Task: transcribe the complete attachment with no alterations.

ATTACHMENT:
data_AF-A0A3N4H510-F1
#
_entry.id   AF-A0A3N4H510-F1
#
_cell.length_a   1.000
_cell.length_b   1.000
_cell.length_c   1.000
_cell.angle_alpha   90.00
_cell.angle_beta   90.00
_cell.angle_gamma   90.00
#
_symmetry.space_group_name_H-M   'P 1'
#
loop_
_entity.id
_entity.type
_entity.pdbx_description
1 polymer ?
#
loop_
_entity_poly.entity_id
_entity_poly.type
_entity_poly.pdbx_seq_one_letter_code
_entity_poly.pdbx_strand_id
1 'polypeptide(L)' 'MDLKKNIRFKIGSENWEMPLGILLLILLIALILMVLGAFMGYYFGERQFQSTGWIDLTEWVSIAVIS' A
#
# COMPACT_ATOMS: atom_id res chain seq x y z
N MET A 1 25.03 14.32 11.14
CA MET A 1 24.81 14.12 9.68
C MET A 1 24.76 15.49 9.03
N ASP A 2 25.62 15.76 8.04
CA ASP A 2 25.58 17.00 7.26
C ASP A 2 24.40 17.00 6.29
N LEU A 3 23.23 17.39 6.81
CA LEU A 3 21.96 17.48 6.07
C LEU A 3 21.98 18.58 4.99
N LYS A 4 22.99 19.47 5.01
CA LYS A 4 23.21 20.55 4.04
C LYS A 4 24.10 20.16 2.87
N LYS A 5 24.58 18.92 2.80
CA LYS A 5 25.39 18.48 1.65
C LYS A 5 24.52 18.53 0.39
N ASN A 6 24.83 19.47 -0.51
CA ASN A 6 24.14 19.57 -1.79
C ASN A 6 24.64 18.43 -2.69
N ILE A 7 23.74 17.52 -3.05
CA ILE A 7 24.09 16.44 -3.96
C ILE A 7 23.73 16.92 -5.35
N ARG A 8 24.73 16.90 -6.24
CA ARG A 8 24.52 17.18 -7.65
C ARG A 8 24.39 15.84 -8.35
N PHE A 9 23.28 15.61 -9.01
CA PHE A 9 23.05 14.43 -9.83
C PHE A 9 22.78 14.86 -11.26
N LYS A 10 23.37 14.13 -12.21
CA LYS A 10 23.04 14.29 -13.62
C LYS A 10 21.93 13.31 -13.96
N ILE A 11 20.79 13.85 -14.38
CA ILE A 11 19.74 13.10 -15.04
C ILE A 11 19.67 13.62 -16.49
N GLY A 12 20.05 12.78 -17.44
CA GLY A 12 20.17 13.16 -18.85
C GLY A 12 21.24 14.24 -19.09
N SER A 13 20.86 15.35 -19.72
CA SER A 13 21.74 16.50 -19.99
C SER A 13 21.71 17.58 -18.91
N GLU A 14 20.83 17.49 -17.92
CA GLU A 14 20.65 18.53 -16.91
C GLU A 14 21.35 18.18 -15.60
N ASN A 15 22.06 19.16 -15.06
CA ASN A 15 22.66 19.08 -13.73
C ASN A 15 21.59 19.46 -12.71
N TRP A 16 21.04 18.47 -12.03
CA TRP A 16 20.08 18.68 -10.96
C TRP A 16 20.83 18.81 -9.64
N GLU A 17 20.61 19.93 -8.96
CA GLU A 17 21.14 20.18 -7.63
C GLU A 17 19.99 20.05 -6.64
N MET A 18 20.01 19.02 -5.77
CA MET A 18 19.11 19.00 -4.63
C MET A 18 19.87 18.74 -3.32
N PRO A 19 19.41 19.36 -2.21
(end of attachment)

data_AF-A0A3N4H510-F1
#
_entry.id   AF-A0A3N4H510-F1
#
_cell.length_a   1.000
_cell.length_b   1.000
_cell.length_c   1.000
_cell.angle_alpha   90.00
_cell.angle_beta   90.00
_cell.angle_gamma   90.00
#
_symmetry.space_group_name_H-M   'P 1'
#
loop_
_entity.id
_entity.type
_entity.pdbx_description
1 polymer ?
#
loop_
_entity_poly.entity_id
_entity_poly.type
_entity_poly.pdbx_seq_one_letter_code
_entity_poly.pdbx_strand_id
1 'polypeptide(L)' 'MDLKKNIRFKIGSENWEMPLGILLLILLIALILMVLGAFMGYYFGERQFQSTGWIDLTEWVSIAVIS' A
#
# COMPACT_ATOMS: atom_id res chain seq x y z
N MET A 1 25.03 14.32 11.14
CA MET A 1 24.81 14.12 9.68
C MET A 1 24.76 15.49 9.03
N ASP A 2 25.62 15.76 8.04
CA ASP A 2 25.58 17.00 7.26
C ASP A 2 24.40 17.00 6.29
N LEU A 3 23.23 17.39 6.81
CA LEU A 3 21.96 17.48 6.07
C LEU A 3 21.98 18.58 4.99
N LYS A 4 22.99 19.47 5.01
CA LYS A 4 23.21 20.55 4.04
C LYS A 4 24.10 20.16 2.87
N LYS A 5 24.58 18.92 2.80
CA LYS A 5 25.39 18.48 1.65
C LYS A 5 24.52 18.53 0.39
N ASN A 6 24.83 19.47 -0.51
CA ASN A 6 24.14 19.57 -1.79
C ASN A 6 24.64 18.43 -2.69
N ILE A 7 23.74 17.52 -3.05
CA ILE A 7 24.09 16.44 -3.96
C ILE A 7 23.73 16.92 -5.35
N ARG A 8 24.73 16.90 -6.24
CA ARG A 8 24.52 17.18 -7.65
C ARG A 8 24.39 15.84 -8.35
N PHE A 9 23.28 15.61 -9.01
CA PHE A 9 23.05 14.43 -9.83
C PHE A 9 22.78 14.86 -11.26
N LYS A 10 23.37 14.13 -12.21
CA LYS A 10 23.04 14.29 -13.62
C LYS A 10 21.93 13.31 -13.96
N ILE A 11 20.79 13.85 -14.38
CA ILE A 11 19.74 13.10 -15.04
C ILE A 11 19.67 13.62 -16.49
N GLY A 12 20.05 12.78 -17.44
CA GLY A 12 20.17 13.16 -18.85
C GLY A 12 21.24 14.24 -19.09
N SER A 13 20.86 15.35 -19.72
CA SER A 13 21.74 16.50 -19.99
C SER A 13 21.71 17.58 -18.91
N GLU A 14 20.83 17.49 -17.92
CA GLU A 14 20.65 18.53 -16.91
C GLU A 14 21.35 18.18 -15.60
N ASN A 15 22.06 19.16 -15.06
CA ASN A 15 22.66 19.08 -13.73
C ASN A 15 21.59 19.46 -12.71
N TRP A 16 21.04 18.47 -12.03
CA TRP A 16 20.08 18.68 -10.96
C TRP A 16 20.83 18.81 -9.64
N GLU A 17 20.61 19.93 -8.96
CA GLU A 17 21.14 20.18 -7.63
C GLU A 17 19.99 20.05 -6.64
N MET A 18 20.01 19.02 -5.77
CA MET A 18 19.11 19.00 -4.63
C MET A 18 19.87 18.74 -3.32
N PRO A 19 19.41 19.36 -2.21